Corporate Altruism and Social Responsibility

Corporate Altruism and Social Responsibility

Saint Mary’s College of California – Executive MBA Program
GMAN 503: Economic Analysis – Summer 2014


This discussion postulates that altruistic consumption rather than self-oriented, individual consumption can lead to personal and corporate happiness. The development and promotion of corporate social responsibility initiatives will engender corporate altruism, stimulate economic opportunity and, ultimately, advance happiness within and amongst corporations.


Alexander C. Johnson
Executive MBA Candidate

September 22nd, 2014
Money and happiness are dominant components of the quintessential American Dream, but what else do they have in common? Money is a tangible, man-made construct and happiness is an emotional expression resulting from the utility one gains in his or her work, life, relationships, consumption, wealth, etc. Americans spend much of their time and energy each day trying to find ways to earn and increase money and happiness in their lives. Countless immigrants from around the globe make extreme and sometimes life-threatening sacrifices to gain entry to America for themselves and/or their families in pursuit of the American Dream. After a closer inspection of this American Dream it could seem that money cannot buy happiness. Indeed, material possessions oftentimes fall short of fulfilling mankind’s lofty expectations for happiness. Society at large supports the concept that money cannot afford true happiness for a variety of reasons; narratives to bolster this premise are abundant in religious teachings, ethical texts, and ever-popular yet seldom successful self-help books. These texts popularize society’s association between money and material possessions with negative implications such as egotistical, self-involved behavior and petty, shallow, or short-lived happiness (call to mind the lottery winner who eventually files for...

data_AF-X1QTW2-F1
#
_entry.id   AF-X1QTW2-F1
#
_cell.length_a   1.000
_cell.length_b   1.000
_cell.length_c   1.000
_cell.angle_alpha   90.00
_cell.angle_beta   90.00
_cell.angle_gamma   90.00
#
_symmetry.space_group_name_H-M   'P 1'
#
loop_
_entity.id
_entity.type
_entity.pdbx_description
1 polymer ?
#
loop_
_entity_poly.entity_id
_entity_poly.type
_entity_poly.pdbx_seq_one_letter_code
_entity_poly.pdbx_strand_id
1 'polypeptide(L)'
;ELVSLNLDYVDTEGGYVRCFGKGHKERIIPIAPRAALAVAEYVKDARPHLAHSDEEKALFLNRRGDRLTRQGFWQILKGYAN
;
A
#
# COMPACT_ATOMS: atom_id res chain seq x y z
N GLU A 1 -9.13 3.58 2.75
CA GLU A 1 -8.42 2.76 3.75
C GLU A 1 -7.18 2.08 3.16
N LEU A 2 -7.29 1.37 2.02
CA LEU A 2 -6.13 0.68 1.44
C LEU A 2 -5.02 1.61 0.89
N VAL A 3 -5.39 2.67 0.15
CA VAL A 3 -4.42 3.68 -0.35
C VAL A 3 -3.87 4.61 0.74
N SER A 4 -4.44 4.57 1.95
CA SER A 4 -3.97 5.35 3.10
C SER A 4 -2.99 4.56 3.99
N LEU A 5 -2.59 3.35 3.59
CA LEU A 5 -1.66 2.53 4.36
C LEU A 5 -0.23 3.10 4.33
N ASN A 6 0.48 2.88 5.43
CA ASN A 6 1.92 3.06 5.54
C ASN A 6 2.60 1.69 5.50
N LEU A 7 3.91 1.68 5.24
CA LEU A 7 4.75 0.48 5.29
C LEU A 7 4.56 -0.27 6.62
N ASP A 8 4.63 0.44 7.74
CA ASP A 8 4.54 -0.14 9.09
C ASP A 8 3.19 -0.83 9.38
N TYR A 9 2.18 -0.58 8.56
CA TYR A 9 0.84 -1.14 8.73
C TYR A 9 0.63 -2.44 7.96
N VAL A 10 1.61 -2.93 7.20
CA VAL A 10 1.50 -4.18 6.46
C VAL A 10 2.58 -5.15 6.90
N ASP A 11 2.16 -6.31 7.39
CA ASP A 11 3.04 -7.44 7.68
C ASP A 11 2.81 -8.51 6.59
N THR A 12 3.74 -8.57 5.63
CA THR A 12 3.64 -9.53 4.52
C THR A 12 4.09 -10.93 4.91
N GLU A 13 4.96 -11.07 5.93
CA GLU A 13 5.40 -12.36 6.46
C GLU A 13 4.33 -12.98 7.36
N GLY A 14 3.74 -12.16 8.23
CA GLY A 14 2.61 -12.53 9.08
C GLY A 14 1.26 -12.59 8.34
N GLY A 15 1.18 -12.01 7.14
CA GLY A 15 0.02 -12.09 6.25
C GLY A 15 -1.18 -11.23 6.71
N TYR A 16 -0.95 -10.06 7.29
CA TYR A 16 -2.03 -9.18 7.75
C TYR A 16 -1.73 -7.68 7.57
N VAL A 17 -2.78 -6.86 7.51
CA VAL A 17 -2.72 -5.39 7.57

Similar Essays